AbstractTwo different methods were employed to effect changes in the timing of cell cycle events, alteration of growth rate, and alteration of the length of S phase. Saccharomyces cerevisiae S288C/1 was grown in a glucose- limited chemostat at population doubling times of 80 to 736 minutes. D, P and B all showed biphasic linear relationships to t. quantitatively different from estimates for the same strain in batch culture. Median cell volume and dry weight per cell increased at the faster growth rates, but the average cell density reached a minimum at t= 150 minutes. The contiguous array of bud scars on parent cells became increasingly irregular as t increased from 140 minutes. At the fastest growth rates filamentous forms constituted a small percentage of the total cell number and were presumed to arise from the failure of cells to undergo cell separation. The phenomonen was distinct from chain formation, dimorphism and pseudo-mycelial growth and showed extensive analogies with the duplication cycle of filamentous fungi. By reducing the concentration of 5'-dTMP offered to the Saccharomyces cerevisiae tmp mutant MB1093~1D it was possible to increase the length of S phase, without altering t. The percentage of the cell cycle S occupied could be increased from 30% at nonlimiting concentrations, to over 60% at limiting concentrations. The increase was compensated for by a reduction in G1 and G2. M and G1* remained constant. At limiting concentrations P increased while D decreased. A novel method of autoradiography using the mutant was developed. 5'-dTMP limitation also affected growth and morphology. At limiting concentrations, where t was unaltered, up to 10% of cells had abnormal morphologies. They were of three major classes, (l) cells showing secondary bud formation, (2) cells with their bud in the centre of a "bean-shaped" cell, and (3) cells that were elongated. The length of B and volume at bud emergence increased with decreasing 5'-dTMP concentration.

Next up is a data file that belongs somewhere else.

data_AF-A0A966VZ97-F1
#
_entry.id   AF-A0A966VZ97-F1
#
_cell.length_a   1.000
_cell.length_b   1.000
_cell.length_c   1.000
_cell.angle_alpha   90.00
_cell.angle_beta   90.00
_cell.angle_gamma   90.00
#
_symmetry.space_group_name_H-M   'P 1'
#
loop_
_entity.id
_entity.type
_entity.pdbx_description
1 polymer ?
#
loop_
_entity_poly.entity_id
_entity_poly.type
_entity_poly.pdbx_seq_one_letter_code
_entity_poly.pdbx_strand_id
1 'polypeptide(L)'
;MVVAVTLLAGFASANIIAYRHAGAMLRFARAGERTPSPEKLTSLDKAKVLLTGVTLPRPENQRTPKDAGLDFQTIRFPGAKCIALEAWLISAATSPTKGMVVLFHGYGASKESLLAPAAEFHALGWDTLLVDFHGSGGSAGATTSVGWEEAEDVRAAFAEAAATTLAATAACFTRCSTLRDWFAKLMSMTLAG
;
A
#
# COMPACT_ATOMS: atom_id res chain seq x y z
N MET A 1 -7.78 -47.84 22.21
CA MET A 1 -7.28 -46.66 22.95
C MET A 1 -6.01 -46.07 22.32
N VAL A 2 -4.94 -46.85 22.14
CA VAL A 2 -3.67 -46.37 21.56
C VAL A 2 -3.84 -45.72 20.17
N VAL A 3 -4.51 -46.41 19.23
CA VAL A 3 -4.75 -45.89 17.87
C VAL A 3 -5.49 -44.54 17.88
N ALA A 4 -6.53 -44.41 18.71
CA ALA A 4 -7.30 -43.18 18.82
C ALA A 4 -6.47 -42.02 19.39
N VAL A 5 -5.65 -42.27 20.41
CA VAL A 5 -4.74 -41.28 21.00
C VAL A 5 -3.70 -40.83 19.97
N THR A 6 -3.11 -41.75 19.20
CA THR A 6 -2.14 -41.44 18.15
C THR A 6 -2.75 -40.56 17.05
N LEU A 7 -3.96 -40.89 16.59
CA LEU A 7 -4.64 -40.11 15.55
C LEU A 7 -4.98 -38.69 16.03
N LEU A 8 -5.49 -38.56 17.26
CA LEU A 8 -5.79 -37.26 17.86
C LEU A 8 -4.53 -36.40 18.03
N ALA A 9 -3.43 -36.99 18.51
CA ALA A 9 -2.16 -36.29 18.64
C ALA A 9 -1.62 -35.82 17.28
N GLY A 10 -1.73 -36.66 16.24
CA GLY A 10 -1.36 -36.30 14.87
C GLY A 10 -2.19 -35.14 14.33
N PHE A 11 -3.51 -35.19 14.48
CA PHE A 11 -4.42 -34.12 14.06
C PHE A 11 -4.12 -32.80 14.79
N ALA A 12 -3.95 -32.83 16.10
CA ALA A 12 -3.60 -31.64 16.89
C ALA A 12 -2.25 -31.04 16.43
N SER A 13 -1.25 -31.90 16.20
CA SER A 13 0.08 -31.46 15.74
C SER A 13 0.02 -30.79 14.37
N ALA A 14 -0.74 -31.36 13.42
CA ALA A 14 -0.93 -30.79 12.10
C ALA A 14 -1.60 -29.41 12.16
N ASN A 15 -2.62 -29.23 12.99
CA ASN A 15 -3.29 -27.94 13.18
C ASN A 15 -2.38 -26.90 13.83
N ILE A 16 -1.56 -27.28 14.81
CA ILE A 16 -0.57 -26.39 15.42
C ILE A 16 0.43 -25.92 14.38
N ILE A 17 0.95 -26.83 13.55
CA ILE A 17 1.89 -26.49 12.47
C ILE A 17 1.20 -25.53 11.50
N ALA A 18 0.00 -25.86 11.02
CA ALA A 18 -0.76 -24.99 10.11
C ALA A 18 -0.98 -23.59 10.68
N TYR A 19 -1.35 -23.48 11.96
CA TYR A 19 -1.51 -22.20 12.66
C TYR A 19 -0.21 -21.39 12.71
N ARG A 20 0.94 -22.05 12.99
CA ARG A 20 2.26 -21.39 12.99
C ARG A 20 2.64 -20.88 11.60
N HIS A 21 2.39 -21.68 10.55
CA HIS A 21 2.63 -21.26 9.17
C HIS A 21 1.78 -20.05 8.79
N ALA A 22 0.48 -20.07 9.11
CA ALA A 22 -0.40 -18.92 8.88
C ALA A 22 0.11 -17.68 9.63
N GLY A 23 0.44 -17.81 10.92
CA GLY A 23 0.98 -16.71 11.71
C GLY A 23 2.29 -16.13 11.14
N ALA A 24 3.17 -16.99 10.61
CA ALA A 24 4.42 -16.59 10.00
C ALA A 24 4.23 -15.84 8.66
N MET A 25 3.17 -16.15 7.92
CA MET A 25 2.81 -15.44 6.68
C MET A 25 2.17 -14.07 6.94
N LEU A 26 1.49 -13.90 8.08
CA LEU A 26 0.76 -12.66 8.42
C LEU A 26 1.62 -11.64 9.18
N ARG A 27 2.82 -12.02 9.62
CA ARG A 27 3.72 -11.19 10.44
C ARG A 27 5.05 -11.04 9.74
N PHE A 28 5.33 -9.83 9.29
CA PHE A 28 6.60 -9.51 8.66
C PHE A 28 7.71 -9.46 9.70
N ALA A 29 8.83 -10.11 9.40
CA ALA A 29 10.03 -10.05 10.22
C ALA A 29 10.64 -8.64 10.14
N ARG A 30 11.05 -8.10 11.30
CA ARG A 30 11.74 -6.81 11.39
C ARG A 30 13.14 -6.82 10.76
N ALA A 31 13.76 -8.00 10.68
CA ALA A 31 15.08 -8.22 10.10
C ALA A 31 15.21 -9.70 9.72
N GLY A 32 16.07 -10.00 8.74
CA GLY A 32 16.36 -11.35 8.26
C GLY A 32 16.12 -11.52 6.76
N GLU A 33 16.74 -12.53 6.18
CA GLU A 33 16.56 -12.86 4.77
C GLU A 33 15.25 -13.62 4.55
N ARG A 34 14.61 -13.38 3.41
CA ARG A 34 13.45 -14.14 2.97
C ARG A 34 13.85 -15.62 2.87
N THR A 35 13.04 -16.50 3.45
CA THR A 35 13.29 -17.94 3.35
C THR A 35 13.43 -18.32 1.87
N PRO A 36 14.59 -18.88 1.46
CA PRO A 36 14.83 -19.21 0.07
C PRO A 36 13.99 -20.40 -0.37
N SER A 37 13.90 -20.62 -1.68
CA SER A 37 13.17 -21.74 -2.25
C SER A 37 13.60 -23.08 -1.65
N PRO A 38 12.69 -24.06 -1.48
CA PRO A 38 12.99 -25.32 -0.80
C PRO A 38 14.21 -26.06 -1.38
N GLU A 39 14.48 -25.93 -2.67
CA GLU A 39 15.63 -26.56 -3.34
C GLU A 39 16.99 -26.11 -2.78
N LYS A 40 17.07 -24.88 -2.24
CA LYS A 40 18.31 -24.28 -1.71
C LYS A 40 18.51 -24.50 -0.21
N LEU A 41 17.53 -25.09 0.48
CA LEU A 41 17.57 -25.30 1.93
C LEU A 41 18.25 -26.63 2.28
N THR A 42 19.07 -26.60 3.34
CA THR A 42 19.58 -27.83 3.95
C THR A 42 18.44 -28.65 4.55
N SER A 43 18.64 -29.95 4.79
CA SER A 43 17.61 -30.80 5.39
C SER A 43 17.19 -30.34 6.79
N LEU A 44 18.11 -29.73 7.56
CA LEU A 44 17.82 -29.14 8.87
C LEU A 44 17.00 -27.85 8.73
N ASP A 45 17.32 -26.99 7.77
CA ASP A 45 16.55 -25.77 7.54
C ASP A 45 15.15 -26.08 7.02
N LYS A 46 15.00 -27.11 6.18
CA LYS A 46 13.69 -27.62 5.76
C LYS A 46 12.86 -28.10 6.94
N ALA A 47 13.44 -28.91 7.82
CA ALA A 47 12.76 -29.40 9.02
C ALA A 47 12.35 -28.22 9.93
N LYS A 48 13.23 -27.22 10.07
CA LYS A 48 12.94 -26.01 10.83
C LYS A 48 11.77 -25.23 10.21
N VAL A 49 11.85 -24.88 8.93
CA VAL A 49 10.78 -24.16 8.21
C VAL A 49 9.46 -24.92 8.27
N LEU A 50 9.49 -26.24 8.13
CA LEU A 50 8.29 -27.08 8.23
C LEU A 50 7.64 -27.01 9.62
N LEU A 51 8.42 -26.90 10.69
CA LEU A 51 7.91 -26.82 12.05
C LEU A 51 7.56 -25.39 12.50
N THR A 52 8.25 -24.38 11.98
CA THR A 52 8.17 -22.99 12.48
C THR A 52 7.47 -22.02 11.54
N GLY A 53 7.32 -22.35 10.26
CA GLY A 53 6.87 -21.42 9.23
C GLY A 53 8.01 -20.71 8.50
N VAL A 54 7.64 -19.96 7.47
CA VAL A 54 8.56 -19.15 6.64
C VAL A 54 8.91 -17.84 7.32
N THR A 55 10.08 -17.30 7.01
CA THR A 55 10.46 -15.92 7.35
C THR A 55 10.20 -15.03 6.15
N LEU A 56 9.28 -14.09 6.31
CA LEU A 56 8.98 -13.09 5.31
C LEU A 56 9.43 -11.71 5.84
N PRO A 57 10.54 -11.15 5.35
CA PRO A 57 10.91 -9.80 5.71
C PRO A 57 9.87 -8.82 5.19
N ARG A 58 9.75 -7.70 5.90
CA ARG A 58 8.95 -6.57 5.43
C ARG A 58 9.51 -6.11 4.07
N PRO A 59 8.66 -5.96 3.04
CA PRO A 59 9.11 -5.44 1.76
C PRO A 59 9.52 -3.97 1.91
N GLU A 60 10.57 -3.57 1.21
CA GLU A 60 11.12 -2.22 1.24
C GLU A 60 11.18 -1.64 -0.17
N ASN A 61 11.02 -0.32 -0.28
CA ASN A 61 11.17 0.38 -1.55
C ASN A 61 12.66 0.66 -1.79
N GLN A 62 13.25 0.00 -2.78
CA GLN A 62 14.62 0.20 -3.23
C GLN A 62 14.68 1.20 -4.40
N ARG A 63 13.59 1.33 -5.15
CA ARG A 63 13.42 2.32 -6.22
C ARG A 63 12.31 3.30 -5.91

|Date of Award||1982|
Growth, division and dna synthesis in saccharomyces cerevisiae.
Thompson, P. W. (Author). 1982
Student thesis: Doctoral Thesis › PhD